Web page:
Clearing Up the Confusion Around Dyslexia
Are you confused about the meaning of dyslexia? Unsure whether it’s a catch-all term for many learning disabilities or, rather, a stand alone term for a specific learning disability? Chances are, you’re not alone. As awareness around dyslexia has grown, so has the confusion around what this diagnosis really means.
At Fletcher, our faculty have over 35 years of experience teaching students with learning differences using the Orton-Gillingham approach. Dyslexia is one of the most common learning styles we see in our classrooms. Calling on the expertise of our certified Orton-Gillingham (OG) Fellow, Joanie Gerken, we’ve provided some key facts about Dyslexia to help you better understand this popular term:
Dyslexia falls under the category of a Specific Learning Disability (SLD) as defined in the DSM-5 – a diagnostic tool published by the American Psychiatric Association (APA).
DSM-5 defines a SLD as a Neurodevelopmental Disorder that impedes a person’s ability to learn or use specific foundational academic skills, such as reading, writing, or math.
As used by the International Dyslexia Association (IDA) dyslexia is “a specific learning disability that is neurobiological in origin. It is characterized by difficulties with accurate and/or fluent word recognition and by poor spelling and decoding abilities. These difficulties typically result from a deficit in the phonological component of language that is often unexpected in relation to other cognitive abilities and the provision of effective classroom instruction. Secondary consequences may include problems in reading comprehension and reduced reading experience that can impede growth of vocabulary and background knowledge.”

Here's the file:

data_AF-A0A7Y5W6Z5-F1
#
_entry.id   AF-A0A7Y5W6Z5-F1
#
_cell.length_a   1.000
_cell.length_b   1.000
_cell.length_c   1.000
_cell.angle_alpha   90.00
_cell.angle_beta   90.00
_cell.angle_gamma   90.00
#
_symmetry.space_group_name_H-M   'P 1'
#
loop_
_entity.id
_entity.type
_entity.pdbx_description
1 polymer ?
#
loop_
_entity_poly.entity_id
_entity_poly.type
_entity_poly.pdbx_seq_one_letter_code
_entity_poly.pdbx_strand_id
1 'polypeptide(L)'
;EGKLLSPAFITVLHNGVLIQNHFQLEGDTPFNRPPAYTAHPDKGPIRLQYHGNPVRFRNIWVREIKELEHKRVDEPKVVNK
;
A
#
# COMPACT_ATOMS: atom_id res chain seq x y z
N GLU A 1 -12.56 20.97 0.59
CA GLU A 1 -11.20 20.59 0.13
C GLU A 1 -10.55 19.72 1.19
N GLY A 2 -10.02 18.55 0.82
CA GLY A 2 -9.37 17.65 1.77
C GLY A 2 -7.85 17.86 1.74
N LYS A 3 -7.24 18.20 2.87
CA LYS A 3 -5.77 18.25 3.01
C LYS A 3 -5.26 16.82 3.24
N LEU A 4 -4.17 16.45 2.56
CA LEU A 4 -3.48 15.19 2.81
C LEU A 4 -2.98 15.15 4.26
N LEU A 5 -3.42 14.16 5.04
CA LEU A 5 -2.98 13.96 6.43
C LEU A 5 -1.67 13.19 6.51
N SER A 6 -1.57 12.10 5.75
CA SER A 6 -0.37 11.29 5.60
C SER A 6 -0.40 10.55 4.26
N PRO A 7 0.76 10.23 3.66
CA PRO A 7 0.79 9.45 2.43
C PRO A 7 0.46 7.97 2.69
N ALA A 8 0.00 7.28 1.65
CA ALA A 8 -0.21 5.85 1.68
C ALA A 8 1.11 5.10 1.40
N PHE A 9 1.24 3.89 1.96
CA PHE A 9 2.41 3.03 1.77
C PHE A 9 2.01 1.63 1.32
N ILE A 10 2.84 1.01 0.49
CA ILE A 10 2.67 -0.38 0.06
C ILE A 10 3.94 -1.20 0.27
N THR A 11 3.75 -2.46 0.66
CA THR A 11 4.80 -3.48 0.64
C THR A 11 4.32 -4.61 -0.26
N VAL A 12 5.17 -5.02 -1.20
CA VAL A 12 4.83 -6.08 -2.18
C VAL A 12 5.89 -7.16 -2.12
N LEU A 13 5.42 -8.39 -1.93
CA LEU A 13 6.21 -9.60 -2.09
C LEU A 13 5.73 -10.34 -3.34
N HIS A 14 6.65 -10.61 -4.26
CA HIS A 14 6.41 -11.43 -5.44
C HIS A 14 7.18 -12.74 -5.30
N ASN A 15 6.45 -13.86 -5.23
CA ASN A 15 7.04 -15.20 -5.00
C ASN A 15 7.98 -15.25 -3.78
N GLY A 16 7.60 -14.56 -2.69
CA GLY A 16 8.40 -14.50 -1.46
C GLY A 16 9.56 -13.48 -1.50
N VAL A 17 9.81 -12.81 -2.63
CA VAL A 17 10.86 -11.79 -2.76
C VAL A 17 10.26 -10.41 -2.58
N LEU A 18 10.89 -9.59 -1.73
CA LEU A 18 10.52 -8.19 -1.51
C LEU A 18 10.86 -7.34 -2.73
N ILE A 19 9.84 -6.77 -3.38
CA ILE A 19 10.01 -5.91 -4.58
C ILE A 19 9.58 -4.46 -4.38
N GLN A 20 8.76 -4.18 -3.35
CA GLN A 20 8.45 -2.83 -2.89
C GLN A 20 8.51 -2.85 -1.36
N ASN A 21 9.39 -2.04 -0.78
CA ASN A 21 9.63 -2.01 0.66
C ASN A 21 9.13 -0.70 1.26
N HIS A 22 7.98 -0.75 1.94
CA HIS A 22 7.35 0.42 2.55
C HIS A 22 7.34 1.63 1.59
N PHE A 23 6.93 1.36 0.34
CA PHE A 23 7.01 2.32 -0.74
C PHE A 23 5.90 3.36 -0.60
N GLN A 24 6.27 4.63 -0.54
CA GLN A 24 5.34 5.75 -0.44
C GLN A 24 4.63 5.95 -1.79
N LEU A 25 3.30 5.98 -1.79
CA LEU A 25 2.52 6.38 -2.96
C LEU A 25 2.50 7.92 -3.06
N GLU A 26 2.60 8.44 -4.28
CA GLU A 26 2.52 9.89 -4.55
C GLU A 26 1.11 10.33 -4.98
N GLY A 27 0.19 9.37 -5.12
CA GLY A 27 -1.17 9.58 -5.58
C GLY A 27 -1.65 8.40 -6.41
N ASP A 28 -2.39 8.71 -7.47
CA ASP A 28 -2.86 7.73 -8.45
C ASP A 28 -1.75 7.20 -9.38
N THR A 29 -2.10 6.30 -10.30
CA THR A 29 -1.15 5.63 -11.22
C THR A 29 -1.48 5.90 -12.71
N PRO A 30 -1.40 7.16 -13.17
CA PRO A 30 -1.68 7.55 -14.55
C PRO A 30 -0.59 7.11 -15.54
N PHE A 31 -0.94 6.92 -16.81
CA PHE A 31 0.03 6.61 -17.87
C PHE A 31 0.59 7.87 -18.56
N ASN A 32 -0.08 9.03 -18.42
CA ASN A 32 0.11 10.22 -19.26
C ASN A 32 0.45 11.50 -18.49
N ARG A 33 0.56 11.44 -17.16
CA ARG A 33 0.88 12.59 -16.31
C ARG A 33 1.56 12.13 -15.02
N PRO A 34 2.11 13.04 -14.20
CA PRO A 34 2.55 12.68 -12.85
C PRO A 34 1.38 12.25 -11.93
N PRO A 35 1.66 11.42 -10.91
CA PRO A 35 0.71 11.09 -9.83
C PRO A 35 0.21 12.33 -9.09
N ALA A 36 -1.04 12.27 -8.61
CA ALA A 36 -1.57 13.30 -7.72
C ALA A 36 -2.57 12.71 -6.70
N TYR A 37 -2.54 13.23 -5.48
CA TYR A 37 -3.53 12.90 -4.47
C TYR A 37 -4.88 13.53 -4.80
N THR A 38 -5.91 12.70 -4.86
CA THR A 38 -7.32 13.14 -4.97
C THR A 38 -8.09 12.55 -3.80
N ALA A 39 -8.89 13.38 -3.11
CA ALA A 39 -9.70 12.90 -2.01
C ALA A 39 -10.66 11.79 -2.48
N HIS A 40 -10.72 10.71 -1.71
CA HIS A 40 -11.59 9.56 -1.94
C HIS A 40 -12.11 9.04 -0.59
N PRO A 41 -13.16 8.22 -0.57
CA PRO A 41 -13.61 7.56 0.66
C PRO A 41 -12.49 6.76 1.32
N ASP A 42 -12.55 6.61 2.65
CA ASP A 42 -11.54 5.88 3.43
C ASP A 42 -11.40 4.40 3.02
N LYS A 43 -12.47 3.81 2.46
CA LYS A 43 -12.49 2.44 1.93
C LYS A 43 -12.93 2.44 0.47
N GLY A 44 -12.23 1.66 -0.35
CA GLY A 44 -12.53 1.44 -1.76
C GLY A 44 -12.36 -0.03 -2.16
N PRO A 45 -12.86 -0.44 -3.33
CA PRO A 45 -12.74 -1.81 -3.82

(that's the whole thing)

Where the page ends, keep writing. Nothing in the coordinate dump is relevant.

Put simply, Dyslexia is a SLD in reading.
How Is Dyslexia Different from Other SLDs?
Dyslexia is often misunderstood as a general or ‘catch-all’ term for a range of learning disabilities, however, the diagnosis has a distinctset of characteristics that sets it apart from other SLDs. While some of these characteristics do in fact overlap or even occur with the similar SLD dysgraphia, they’re not the same thing. Dyslexia primarily affects reading whereas dysgraphia primarily affects the physical act of writing.
According to Understood.org, a dyslexic reader will display the following characteristics:
- Difficulty associating sounds with letters and letters with sounds (decoding)
- Confusion when pronouncing words and phrases, such as saying “mawn lower” instead of “lawn mower”
- Difficulty reading aloud with the proper tone and grouping words and phrases together appropriately
- Difficulty “sounding out” unfamiliar words
- Trouble writing or copying letters, numbers and symbols in the correct order
- Trouble rhyming
OG Fellow Joanie Gerken shares these additional signs and symptoms of dyslexia:
- Mixed laterality – lack of dominance in eye, hand and foot preference
- Limited internal timing
- Poor motor control – apraxia
- Poor handwriting
- Direction confusion -confuses front/back, left/right, before/after
- Familial – similar learning problems in other family members
- Extreme difficulty sequencing
- Letter reversals or word/syllable reversals
- Slow or delayed speech development
- Poor oral reading
- Poor spelling
- Inability to copy; trouble getting ideas on paper
- Short attention span
Based on these characteristics, it’s clear that dyslexia primarily manifests through difficulty with reading — the processing of words. Yet, the list of characteristics also includes writing, spelling and speaking. It’s important to note that dyslexia expresses itself in different ways depending on the person. For example, Dyslexia shares characteristics with dysgraphia when a child especially struggles with orthographic decoding — the ability to sound out letters and words by learning how symbols (letters) are associated with certain sounds. When this is the case, the child will often struggle with handwriting.